giftrate, had a power to examine the What! Was Lord Halifax to call these

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1769.

An Examination of Dr. Mufgrave's Address. he had been intrusted by the ambassa- occasioned heart-burnings and jealou, der of a foreign nation, every other fies among the people ; he has exposed justice in the commiffion was invested the royal reputation to hazard; by his with an equal authority. Why did negligence a traitor might govern the not Dr. Musgrave then, instead of run. kingdom; he is the cause of future ning from one nobleman to another, treasons; he may bring Frenchmen wait on Sir John Fielding with his in- into parliament; and yet Dr. Mur. formation? Sir John's well known grave's object is not accusation but dexterity at unravelling myfteries, enquiry. might, with the aflittance of the doc Sure be must want the care of ten tor's clue, have penetrated through all Munro's, the intricacies, and disclosed to the Who thus would scribble rather than world this important, though as yet

repose. unrevealed secret.

“ It has been apprehended, how If the doctor's address should unfor. justly I know not, that any magistrate, tunately occasion a rupture, the coun. who should promote an enquiry, or ty, as a reward for his services, might any gentleman, who should openly defire him to be in the commission of move for it, would be deemed responthe peace, and then be might have a fible for the truth of the charge, and right to call all the chevaliers, and subjected to severe penalties if he could the ambassadors of all the courts in Eu. not make it good." rope before him ; then, instead of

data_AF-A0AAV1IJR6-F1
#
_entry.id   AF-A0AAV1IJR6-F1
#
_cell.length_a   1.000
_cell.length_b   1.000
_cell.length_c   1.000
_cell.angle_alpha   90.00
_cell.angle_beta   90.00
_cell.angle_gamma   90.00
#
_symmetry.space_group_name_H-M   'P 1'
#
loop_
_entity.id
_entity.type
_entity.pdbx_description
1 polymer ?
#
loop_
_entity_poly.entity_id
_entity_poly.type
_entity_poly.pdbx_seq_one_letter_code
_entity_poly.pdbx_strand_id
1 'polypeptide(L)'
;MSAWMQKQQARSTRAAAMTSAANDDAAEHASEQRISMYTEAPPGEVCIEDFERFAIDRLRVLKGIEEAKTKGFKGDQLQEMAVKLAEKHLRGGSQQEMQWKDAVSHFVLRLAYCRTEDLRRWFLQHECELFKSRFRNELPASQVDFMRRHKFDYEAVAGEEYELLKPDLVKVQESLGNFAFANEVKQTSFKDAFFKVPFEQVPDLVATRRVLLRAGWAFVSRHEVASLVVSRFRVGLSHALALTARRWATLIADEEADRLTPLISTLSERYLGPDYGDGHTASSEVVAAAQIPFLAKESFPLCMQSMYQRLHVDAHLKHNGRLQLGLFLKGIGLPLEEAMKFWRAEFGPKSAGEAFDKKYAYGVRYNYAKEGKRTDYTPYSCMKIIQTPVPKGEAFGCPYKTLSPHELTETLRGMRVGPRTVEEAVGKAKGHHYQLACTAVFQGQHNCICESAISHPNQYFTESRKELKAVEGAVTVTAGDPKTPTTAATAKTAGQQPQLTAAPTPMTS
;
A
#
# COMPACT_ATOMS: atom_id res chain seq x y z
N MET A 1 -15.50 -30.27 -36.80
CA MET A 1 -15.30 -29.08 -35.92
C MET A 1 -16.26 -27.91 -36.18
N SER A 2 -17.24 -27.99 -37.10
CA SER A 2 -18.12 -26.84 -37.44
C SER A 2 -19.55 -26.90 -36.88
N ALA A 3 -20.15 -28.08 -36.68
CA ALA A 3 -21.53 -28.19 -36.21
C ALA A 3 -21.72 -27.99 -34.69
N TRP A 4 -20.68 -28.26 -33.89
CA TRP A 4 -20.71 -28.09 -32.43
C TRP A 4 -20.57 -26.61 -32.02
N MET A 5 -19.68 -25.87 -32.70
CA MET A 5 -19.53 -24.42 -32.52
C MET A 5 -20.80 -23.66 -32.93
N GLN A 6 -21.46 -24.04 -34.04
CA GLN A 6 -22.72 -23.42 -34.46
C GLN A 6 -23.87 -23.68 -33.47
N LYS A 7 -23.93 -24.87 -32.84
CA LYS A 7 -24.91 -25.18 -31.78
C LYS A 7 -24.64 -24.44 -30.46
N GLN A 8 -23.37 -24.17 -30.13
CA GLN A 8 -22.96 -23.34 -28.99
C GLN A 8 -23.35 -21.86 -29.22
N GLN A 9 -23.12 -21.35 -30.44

pon.

Apprehended! It is a known truth, dering the abstruse case of a patient, and how it escaped the great penetrahe might with his steady hand hold tion of Dr. Musgrave is surprizing. the balance of power, and, by observ. Every man, who brings a charge ing which scale preponderates, might against another, is responsible to prove determine the face of nations.

that charge true. Does not the law, “ Yet even these confiderations are of the land, does not equity in every infinitely outweighed by the danger to case, require it? What confusion would which the whole nation must be expof- otherwile ensue! Must not the clearest ed from the continued operation of so evidence be produced on every trial? much influence and authority:" and if not produced, is not the accuser

By continued authority and influence liable to pay the wrongfully accused Dr. Musgrave means keeping their his costs, from the most trivial matters places; and the whole tenor of his to those of the highest importance ? address is to turn the present ministry Ought not this penalty to be paid ? out, that the doctor and his adherents And the more severe the charge is, may get in.

surely the more severe the penalty " That treasons may be detected, Mould be. without producing either punishment In an action to be brought against or enquiry.

Dr. Musgrave, in which either his : So the punishment is to go first and character, or property, was to be conthe enquiry follow.

cerned, would he be satisfied with a “ I have been thus particular in enu

bare trial of the matter? And on sucmerating evils, not from a design of ceeding in the event, would he thank aggravating that nobleman's offence: his accuser for bringing him into court? accusation is not my object, but en Would he not expect some farther faquiry."

tisfaction, some recompence for the Lord Halifax is accused of artifice; expence which he had been at; for the his allegations are misplaced and frivo- tinie lost and trouble taken in setting lous; he deprived people of the first aside a false charge; belides the anxiety rank of vindicating themselves;, he which every good man must suffer, would not listen to exact narratives, while his character is attacked and nor detect treasons; he said one thing hung up for public odium ? And yet, and meant another ; he was an ob- in the present case, so blind and head. structor of national justice, for which strong is party zeal, that Dr. Murhe ought to be punished; be made im- grave does not know how justly a perpunity perpetual, by suffering traitors to Ton can be deemed responsible for the escape ; he exposed Dr. Musgrave's truth of a charge, even in a case which precious documents to hazard; he has concerns both the property and life of